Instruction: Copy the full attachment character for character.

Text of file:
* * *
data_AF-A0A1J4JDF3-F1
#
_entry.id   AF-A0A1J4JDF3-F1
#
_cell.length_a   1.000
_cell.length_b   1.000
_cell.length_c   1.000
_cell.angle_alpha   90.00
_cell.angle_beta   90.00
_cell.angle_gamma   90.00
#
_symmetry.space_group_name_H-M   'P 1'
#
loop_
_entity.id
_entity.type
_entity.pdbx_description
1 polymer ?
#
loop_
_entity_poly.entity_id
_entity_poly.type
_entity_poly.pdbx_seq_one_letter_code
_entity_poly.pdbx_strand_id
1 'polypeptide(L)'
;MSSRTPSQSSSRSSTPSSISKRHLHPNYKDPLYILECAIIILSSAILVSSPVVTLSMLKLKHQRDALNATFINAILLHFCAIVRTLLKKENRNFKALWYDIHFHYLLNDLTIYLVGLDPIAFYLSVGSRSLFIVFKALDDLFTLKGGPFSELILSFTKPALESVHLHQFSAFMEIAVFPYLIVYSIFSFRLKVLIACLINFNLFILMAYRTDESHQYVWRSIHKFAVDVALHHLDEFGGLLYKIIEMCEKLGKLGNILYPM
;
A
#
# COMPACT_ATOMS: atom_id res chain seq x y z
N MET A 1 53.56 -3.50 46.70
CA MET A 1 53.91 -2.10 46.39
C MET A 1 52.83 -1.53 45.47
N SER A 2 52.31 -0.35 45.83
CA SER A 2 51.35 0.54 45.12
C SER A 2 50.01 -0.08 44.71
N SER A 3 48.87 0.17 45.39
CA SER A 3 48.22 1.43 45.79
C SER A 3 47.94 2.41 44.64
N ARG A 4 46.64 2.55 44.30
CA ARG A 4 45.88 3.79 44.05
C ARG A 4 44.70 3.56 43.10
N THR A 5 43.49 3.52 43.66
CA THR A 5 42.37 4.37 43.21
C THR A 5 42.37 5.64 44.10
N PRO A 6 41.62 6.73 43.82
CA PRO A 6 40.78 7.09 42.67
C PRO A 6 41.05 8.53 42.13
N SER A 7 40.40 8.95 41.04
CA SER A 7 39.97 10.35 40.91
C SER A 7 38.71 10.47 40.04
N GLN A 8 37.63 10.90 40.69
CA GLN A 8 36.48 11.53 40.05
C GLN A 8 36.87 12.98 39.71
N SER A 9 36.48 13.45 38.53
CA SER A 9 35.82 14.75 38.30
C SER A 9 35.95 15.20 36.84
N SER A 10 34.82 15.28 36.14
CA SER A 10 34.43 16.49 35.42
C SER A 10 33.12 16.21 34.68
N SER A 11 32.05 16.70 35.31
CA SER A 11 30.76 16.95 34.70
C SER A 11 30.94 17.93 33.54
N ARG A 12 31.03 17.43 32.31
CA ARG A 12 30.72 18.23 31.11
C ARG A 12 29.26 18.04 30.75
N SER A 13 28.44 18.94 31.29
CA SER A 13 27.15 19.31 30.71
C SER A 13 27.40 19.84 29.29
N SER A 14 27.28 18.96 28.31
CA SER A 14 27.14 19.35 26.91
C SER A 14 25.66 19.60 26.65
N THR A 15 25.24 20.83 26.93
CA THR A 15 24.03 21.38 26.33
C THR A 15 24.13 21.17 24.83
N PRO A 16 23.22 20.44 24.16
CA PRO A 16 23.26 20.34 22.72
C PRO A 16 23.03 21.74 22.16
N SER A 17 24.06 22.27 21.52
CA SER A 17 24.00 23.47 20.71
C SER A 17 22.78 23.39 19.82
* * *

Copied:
data_AF-A0A1J4JDF3-F1
#
_entry.id   AF-A0A1J4JDF3-F1
#
_cell.length_a   1.000
_cell.length_b   1.000
_cell.length_c   1.000
_cell.angle_alpha   90.00
_cell.angle_beta   90.00
_cell.angle_gamma   90.00
#
_symmetry.space_group_name_H-M   'P 1'
#
loop_
_entity.id
_entity.type
_entity.pdbx_description
1 polymer ?
#
loop_
_entity_poly.entity_id
_entity_poly.type
_entity_poly.pdbx_seq_one_letter_code
_entity_poly.pdbx_strand_id
1 'polypeptide(L)'
;MSSRTPSQSSSRSSTPSSISKRHLHPNYKDPLYILECAIIILSSAILVSSPVVTLSMLKLKHQRDALNATFINAILLHFCAIVRTLLKKENRNFKALWYDIHFHYLLNDLTIYLVGLDPIAFYLSVGSRSLFIVFKALDDLFTLKGGPFSELILSFTKPALESVHLHQFSAFMEIAVFPYLIVYSIFSFRLKVLIACLINFNLFILMAYRTDESHQYVWRSIHKFAVDVALHHLDEFGGLLYKIIEMCEKLGKLGNILYPM
;
A
#
# COMPACT_ATOMS: atom_id res chain seq x y z
N MET A 1 53.56 -3.50 46.70
CA MET A 1 53.91 -2.10 46.39
C MET A 1 52.83 -1.53 45.47
N SER A 2 52.31 -0.35 45.83
CA SER A 2 51.35 0.54 45.12
C SER A 2 50.01 -0.08 44.71
N SER A 3 48.87 0.17 45.39
CA SER A 3 48.22 1.43 45.79
C SER A 3 47.94 2.41 44.64
N ARG A 4 46.64 2.55 44.30
CA ARG A 4 45.88 3.79 44.05
C ARG A 4 44.70 3.56 43.10
N THR A 5 43.49 3.52 43.66
CA THR A 5 42.37 4.37 43.21
C THR A 5 42.37 5.64 44.10
N PRO A 6 41.62 6.73 43.82
CA PRO A 6 40.78 7.09 42.67
C PRO A 6 41.05 8.53 42.13
N SER A 7 40.40 8.95 41.04
CA SER A 7 39.97 10.35 40.91
C SER A 7 38.71 10.47 40.04
N GLN A 8 37.63 10.90 40.69
CA GLN A 8 36.48 11.53 40.05
C GLN A 8 36.87 12.98 39.71
N SER A 9 36.48 13.45 38.53
CA SER A 9 35.82 14.75 38.30
C SER A 9 35.95 15.20 36.84
N SER A 10 34.82 15.28 36.14
CA SER A 10 34.43 16.49 35.42
C SER A 10 33.12 16.21 34.68
N SER A 11 32.05 16.70 35.31
CA SER A 11 30.76 16.95 34.70
C SER A 11 30.94 17.93 33.54
N ARG A 12 31.03 17.43 32.31
CA ARG A 12 30.72 18.23 31.11
C ARG A 12 29.26 18.04 30.75
N SER A 13 28.44 18.94 31.29
CA SER A 13 27.15 19.31 30.71
C SER A 13 27.40 19.84 29.29
N SER A 14 27.28 18.96 28.31
CA SER A 14 27.14 19.35 26.91
C SER A 14 25.66 19.60 26.65
N THR A 15 25.24 20.83 26.93
CA THR A 15 24.03 21.38 26.33
C THR A 15 24.13 21.17 24.83
N PRO A 16 23.22 20.44 24.16
CA PRO A 16 23.26 20.34 22.72
C PRO A 16 23.03 21.74 22.16
N SER A 17 24.06 22.27 21.52
CA SER A 17 24.00 23.47 20.71
C SER A 17 22.78 23.39 19.82